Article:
Liz Clarke: Turner insists that Patton's demotion was not intended to send a signal of any sort; that it was on the merits (punishment for a blocking error that led to a clean sack that could have really hurt Johnson). I can't help but feel, though, that it is laden with "messages." The organization, under Snyder, is trying hard to re-invent its culture, if you will – to create an atmosphere where only winning, success and hard work are acceptable. So I guess signals are appropriate, but I'd hope the starting decision is ultimately based on who is the better player.

Fairfax, Va.: What is impressing you most about the Redskins, this year? Could they actually be better than the Cowboys?

Liz Clarke: It's early still, but some things that have struck me so far: QB Johnson's accuracy, poise and leadership; FB Centers' intensity; the potency of the defensive line; LB Shawn Barber's play-making instincts; the confidence that QB Rodney Peete exudes and seems to bring out in others. And yes – I do think it's possible the Redskins could be better than the Cowboys this season. Remember, the NFC East is not a particularly strong division these days, so even a middle of the road team should shine there.

Denver, Co.: I love how the new owner is shaking things up at Redskins Park, but do you think it is fair to give Coach Turner an ultimatum – get in the playoffs or else you're fired? I know Turner has had several years to prove himself, but it is hard to change a heck of a lot in one year. I just don't want Turner to be the next great coach for someone else, and Snyder to turn out to be George Steinbrenner.

Liz Clarke: Yes, there is a coldness to that ultimatum at first blush. But I do think it is reasonable, given the number of years Turner has been Washington's head coach and the opportunities he has had to reshape the team's personnel the way he wants. I think most people agree Turner is among the best at scripting an offensive game plans. But the new owner feels it's time he be held accountable for scripting success across the board.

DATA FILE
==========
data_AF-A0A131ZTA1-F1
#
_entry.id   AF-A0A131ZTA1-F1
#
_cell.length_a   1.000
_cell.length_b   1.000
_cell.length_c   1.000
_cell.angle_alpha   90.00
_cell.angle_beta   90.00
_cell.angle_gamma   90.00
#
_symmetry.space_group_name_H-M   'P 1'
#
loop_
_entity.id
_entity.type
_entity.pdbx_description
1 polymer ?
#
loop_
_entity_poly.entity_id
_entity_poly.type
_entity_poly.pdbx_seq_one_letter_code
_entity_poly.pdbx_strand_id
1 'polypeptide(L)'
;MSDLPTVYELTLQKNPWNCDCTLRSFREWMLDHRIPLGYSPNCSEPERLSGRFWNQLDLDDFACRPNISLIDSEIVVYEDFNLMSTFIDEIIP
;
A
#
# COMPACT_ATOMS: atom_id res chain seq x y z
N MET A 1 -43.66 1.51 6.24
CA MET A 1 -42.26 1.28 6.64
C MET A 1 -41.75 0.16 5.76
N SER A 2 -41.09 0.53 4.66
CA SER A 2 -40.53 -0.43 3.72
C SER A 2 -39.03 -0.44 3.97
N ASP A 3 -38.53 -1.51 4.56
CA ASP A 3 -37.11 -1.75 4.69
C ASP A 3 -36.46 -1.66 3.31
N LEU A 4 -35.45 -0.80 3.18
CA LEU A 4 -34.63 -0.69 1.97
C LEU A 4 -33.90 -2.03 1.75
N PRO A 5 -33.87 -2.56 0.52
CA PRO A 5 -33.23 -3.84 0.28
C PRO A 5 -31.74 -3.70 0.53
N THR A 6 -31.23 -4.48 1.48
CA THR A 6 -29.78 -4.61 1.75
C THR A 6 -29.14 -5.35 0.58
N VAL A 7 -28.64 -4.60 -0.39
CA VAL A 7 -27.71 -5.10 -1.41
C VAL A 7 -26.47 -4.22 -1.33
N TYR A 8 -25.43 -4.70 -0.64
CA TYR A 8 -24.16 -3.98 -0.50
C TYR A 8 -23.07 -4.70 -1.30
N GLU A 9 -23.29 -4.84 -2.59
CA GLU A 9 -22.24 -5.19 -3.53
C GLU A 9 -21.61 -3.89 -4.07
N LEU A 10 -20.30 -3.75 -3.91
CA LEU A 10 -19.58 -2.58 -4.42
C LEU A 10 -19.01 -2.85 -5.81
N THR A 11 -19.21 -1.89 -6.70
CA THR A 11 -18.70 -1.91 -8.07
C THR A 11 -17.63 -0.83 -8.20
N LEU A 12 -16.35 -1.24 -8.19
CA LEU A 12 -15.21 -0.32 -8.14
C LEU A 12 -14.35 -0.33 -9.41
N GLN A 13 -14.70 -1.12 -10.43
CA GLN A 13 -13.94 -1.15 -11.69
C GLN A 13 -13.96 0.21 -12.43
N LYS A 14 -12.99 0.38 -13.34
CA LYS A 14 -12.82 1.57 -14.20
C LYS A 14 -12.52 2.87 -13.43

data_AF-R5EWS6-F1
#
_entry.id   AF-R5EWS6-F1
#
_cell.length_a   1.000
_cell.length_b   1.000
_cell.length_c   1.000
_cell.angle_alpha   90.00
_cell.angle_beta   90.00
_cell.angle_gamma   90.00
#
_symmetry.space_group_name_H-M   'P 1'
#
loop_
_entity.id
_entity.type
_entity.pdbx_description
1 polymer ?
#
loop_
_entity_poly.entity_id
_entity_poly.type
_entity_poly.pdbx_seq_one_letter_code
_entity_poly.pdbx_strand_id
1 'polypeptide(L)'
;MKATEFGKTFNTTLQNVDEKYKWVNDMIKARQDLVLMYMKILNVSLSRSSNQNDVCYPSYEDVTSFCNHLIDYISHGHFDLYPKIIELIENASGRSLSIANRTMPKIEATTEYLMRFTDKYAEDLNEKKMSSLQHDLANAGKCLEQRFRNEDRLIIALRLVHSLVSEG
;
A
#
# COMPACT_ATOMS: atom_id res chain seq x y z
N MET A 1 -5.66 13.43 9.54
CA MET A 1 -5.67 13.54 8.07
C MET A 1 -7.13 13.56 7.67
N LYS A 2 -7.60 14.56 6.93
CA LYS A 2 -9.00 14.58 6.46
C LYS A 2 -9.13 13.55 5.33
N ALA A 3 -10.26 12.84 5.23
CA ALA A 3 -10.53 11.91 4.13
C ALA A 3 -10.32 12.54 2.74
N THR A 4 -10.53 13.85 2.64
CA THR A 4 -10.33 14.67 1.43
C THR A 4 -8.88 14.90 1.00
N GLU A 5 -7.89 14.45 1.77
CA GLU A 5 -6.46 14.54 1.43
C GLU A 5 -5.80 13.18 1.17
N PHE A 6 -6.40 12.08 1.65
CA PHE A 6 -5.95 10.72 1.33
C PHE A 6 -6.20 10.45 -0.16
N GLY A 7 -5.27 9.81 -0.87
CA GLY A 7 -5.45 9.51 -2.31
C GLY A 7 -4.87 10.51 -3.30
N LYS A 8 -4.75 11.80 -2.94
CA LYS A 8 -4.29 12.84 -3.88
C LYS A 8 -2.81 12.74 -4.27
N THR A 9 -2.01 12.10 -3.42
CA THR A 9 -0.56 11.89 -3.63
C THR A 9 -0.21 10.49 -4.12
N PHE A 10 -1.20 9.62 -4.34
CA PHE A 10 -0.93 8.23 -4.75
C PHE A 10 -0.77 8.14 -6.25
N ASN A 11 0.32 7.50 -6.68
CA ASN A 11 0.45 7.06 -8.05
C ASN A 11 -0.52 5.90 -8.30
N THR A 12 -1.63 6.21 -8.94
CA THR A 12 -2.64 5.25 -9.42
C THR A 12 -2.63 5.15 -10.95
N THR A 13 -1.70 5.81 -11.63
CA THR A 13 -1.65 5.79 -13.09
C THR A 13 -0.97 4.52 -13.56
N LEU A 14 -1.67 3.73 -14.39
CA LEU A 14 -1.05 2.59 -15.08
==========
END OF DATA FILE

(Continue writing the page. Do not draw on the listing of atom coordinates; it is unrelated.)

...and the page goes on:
Alexandria, Va.: It looks like Marco Coleman could turn out to be a very good off-season acquisition. Any idea why San Diego released him?

Liz Clarke: Quite honestly, I don't know why they released him. But if he continues playing the way he has been playing, I feel sure the Chargers will regret it. It seems that with Coleman, the Redskins got something more than simply one strong defensive end. He brings the sort of intangibles that lift the players around him. And if the Redskins can finally get the punch they expect from their talented, well compensated defensive line, Coleman will be the steal of the offseason.

Lorton, Va.: I'm wondering what type of vibe you get from the Reskins new owner. Is Daniel Snyder slowly but surely turning into a Peter Angelos or George Steinbrenner, or is he really smart enough to keep his nose out of strictly football-related decisions?

Liz Clarke: I understand where you're heading with the question, but it is way too early to tell. The first impression you get from Snyder, in the context of being the Redskins' new owner, is that he is extremely enthusiastic and committed to building a winner. The answer to your question will turn on how constructively that enthusiasm is channeled. And I think in large part, that will depend on the quality of advice Snyder gets from knowledgeable football people and the extent to which he listens to it. We might know in another year.

South Riding, Va.: With the recent injuries to tight ends Stephen Alexander and Pesak, will Sellers be the man to fill that void during this weeks game at Pittsburgh?
We know that Alexander will start when he's healthy, but how about Pesak's chances with the team? From what I've seen, he's looked pretty good as a receiving tight end.

Liz Clarke: For Saturday's Pittsburgh game, Turner will likely use a combination of Mike Sellers and rookie Robert Tardio at tight end. Sellers, as you know, had been switched to fullback. Pesak's opposite conversion (from FB to TE) had gone more smoothly than coaches anticipated. He seems to catch the ball a bit better than Sellers, though he had a drop against New England. They'd like to see him block better, too. But I expect for both Sellers and Pesak, making the roster will depend partly on what they bring to special teams.